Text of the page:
- I realize that some reading this have lost parents. Jesus knows that pain; He lost Joseph. The gospel shows the deep pain Jesus experienced at the death of His friend Lazarus (Jn.11:33-38); it had to be excruciating at the loss of Joseph, the man He called "abba." It would have been Jesus' duty to wash and prepare his body for burial. I cannot imagine how difficult that had to be.
- In a culture where women could not work outside of the home, it would have fallen to Jesus to provide for His Mother. He knew what it was to work and be depended upon to make a living,
- The work Jesus did was manual. It took time and sweat, and if His customers didn’t like it, He didn’t get paid.
- Jesus shared in the same good, healthy human desires we all do. He cherished His friends. Like all of us He also needed time to be alone, to turn to His Father in prayer, and “recharge His batteries.”
- Jesus was a young man; he was able to look at a young woman and appreciate her beauty (both inner and outer). There shouldn’t be anything shocking about that. Jesus was a man, and God created men with an appreciation for women. Because we live in a fallen world though, we are use to seeing this God-given orientation tainted by lust. When Jesus looked at a woman there was nothing self-seeking in His gaze; He saw her for the priceless, beautiful work of God she was. Jesus redeemed our vision of the opposite sex!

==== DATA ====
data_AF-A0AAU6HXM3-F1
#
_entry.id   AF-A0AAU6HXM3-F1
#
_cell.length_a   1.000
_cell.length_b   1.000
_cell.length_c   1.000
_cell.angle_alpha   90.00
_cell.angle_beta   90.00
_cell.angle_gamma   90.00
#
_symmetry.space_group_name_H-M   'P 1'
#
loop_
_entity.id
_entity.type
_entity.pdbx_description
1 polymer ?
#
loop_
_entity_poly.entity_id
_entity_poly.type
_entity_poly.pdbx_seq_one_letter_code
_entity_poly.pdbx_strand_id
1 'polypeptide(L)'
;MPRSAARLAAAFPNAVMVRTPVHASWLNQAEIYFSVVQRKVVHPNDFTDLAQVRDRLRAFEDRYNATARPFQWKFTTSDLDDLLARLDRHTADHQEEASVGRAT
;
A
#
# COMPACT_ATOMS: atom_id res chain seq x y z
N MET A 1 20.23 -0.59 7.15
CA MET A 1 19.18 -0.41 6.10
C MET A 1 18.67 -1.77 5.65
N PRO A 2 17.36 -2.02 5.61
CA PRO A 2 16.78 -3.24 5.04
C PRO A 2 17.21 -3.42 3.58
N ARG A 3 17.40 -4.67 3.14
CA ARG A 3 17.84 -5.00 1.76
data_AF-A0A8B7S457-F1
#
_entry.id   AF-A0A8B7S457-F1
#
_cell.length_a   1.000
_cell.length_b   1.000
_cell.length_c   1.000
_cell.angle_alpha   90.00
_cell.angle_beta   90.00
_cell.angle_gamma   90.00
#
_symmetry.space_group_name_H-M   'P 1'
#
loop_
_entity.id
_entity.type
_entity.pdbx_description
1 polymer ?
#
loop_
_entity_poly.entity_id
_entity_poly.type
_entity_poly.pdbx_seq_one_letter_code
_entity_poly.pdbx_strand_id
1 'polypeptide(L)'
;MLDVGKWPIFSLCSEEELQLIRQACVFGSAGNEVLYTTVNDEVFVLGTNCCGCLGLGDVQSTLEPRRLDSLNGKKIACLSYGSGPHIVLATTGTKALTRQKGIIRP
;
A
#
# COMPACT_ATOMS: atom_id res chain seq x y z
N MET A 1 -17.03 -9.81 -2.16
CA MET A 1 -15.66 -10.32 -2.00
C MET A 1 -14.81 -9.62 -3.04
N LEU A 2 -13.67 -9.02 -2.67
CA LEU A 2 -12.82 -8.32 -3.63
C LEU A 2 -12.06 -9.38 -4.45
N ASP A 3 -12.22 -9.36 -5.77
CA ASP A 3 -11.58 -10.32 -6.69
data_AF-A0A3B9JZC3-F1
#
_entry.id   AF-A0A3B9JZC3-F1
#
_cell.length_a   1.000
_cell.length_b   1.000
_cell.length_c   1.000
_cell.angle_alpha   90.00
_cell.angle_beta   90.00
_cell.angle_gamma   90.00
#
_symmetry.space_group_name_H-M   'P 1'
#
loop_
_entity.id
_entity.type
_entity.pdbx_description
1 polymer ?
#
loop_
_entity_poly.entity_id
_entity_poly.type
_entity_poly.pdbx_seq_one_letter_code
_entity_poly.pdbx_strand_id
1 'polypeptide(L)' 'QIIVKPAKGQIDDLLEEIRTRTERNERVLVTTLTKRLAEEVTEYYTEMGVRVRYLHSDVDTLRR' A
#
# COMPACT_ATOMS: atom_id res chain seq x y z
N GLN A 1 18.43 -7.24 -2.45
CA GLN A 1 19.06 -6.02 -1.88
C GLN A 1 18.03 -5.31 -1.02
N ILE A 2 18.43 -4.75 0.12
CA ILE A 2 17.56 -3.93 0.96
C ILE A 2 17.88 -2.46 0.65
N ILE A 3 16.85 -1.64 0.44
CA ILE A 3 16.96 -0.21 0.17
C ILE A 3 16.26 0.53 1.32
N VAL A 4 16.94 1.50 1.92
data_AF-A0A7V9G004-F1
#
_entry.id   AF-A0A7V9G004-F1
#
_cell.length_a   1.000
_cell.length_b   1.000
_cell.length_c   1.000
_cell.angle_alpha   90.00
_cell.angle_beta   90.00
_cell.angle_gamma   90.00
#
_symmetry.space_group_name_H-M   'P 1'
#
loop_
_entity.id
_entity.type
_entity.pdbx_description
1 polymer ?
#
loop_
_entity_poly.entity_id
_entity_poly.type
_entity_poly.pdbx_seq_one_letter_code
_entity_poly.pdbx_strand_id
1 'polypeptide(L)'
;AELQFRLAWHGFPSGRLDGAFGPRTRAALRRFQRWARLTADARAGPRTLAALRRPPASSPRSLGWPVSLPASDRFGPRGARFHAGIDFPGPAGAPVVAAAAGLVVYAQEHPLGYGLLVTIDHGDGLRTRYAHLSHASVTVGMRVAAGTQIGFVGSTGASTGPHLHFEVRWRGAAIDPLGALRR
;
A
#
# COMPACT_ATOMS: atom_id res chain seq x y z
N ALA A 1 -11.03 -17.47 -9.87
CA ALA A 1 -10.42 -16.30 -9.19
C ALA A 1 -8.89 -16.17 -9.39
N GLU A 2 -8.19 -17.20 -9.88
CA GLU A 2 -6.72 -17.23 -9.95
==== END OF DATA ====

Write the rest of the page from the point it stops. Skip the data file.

- When all of His friends started courting and getting married, Jesus didn’t. He probably knew what it was to feel like a “third wheel” at times.
God the Son, knew what it was to be a “nobody” – to live over 90% of His life
in a small town, work hard to put food on the table, and appear to have absolutely no effect on the world going on around
Him. (Not that He actually was a nobody though - and neither are you!)
I love thinking about the ways Jesus has shared our experiences. I have often thought that the reason we have been told so little about His growing up and home life, is so that we an empty mental canvas upon which we can imagine Him doing all the things familiar to us.